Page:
Methods used to investigate and declare the Sept. 10, 1995, fire that killed 40-year-old Marianne Miceli a murderous arson are mostly the same as methods used today, according to a federal investigator.
The testimony came on day four of William Amor's hearing in which he hopes to be granted a new trial.
Amor, 60, was convicted in 1997 of aggravated arson and the first-degree murder of Miceli, his mother-in-law. He has served nearly half his 45-year sentence and is expected to be paroled in March 2018, yet he's seeking a new trial.
Along with attorneys from the Illinois Innocence Project at the University of Illinois Springfield, Amor is hoping to convince Judge Liam Brennan that the fire investigators who ruled the fire an arson did so using "outdated and discredited techniques."
Defense witnesses who took the stand earlier this week supported that theory. But Senior Special Agent John Golder, who manages the Bureau of Alcohol, Tobacco, Firearms and Explosives' Certified Fire Investigator program testified for the state Thursday that he determined the fire to be incendiary and not accidental. He also agreed with most of the original investigation's findings.
"The scientific method and other elements of the investigation were exactly what we do today," Golder said. "The main difference is, I feel, (original investigators) did not account for were the analysis of some of the burn patterns."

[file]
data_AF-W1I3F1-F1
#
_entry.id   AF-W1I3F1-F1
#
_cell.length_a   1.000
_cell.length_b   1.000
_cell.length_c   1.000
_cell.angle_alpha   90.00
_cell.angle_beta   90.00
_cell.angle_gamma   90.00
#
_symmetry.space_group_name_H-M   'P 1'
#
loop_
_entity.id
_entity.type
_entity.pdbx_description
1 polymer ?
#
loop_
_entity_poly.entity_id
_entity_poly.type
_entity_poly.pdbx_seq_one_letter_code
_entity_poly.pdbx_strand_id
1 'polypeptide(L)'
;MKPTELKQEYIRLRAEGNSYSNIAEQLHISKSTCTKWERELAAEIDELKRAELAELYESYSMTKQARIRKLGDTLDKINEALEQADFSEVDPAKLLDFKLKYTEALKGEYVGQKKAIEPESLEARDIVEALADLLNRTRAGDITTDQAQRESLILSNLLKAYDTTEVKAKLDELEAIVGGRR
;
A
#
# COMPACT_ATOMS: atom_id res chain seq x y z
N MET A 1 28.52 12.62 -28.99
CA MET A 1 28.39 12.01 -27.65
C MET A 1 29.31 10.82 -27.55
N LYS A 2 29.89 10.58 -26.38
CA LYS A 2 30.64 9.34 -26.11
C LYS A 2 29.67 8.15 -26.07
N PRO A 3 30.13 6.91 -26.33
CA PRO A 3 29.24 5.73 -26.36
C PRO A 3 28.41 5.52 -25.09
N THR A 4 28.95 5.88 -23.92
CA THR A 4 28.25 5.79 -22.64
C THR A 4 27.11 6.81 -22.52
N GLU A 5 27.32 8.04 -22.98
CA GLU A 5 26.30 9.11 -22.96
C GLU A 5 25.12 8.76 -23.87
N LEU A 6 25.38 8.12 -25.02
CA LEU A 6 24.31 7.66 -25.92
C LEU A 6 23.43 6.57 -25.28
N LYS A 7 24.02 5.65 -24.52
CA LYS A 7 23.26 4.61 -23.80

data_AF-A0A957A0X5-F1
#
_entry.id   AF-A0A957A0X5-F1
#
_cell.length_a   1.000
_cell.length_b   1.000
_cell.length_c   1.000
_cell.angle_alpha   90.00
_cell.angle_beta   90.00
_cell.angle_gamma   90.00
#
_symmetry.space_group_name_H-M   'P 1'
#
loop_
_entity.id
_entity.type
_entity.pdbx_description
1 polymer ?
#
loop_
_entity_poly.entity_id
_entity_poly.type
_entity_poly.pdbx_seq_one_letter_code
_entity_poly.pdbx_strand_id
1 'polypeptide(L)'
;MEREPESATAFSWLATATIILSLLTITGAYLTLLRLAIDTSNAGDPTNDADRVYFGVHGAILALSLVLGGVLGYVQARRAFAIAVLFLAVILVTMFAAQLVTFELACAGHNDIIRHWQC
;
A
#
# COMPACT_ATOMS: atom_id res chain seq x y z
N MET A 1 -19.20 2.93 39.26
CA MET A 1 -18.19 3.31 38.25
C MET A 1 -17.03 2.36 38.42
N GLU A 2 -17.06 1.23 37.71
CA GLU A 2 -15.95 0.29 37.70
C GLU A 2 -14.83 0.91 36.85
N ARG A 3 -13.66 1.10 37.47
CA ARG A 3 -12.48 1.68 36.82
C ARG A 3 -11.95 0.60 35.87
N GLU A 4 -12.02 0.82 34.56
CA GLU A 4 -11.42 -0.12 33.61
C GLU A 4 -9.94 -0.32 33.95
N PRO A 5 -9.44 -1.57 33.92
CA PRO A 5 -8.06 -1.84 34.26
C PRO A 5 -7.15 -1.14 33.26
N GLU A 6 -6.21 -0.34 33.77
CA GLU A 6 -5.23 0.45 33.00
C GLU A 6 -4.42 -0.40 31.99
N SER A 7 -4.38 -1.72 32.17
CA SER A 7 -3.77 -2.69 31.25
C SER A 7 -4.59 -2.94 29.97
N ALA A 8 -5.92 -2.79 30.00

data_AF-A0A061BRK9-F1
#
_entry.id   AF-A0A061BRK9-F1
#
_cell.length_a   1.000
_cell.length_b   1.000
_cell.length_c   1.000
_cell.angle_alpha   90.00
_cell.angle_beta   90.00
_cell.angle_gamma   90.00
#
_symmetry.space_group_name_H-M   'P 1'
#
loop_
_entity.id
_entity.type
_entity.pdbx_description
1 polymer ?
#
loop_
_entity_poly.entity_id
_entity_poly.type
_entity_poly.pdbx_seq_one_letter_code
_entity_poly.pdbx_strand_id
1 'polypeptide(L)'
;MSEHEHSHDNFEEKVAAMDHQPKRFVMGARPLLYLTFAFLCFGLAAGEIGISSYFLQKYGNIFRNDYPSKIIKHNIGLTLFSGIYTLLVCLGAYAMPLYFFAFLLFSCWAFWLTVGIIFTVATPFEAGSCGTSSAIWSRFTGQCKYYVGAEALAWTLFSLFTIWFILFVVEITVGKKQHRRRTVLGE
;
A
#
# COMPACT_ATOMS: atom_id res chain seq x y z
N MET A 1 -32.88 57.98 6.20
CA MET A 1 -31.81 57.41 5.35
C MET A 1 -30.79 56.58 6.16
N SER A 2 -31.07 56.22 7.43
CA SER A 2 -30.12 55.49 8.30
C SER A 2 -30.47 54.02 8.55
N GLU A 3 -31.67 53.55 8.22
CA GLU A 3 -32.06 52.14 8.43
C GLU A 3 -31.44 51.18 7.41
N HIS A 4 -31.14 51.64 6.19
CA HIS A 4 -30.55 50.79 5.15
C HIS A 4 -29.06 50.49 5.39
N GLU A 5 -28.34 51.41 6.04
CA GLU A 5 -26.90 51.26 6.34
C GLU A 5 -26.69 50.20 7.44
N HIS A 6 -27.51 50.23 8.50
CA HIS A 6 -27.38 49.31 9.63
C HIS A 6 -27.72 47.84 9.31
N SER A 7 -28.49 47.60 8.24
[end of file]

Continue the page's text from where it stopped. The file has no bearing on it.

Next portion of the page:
In a tape-recorded confession at the time of his arrest, Amor said he started the fire to collect insurance money when he spilled vodka onto a Sunday newspaper, then dropped a cigarette on it to light it, and left with his wife.
Amor's attorneys have maintained the confession was coerced.
Golder said Thursday that not only would a cigarette not ignite a newspaper and vodka, but that lab-tested samples found no ignitable liquids.
Within 20 minutes of Amor and his wife leaving the apartment, the napping Miceli awoke and called 911, saying she could not get out of the burning apartment and was being overcome by smoke.
A dispatcher told her to get low to the floor, but she started coughing and died in her bedroom from smoke inhalation, with the phone cord wrapped around her.
The hearing, believed to be the first of its kind in Illinois involving advancements in fire investigation, is expected to continue Friday morning. Prosecutors expect to put on the rest of their evidence Friday. It is unclear whether Judge Liam Brennan would rule immediately at the conclusion of the hearing or at a later date.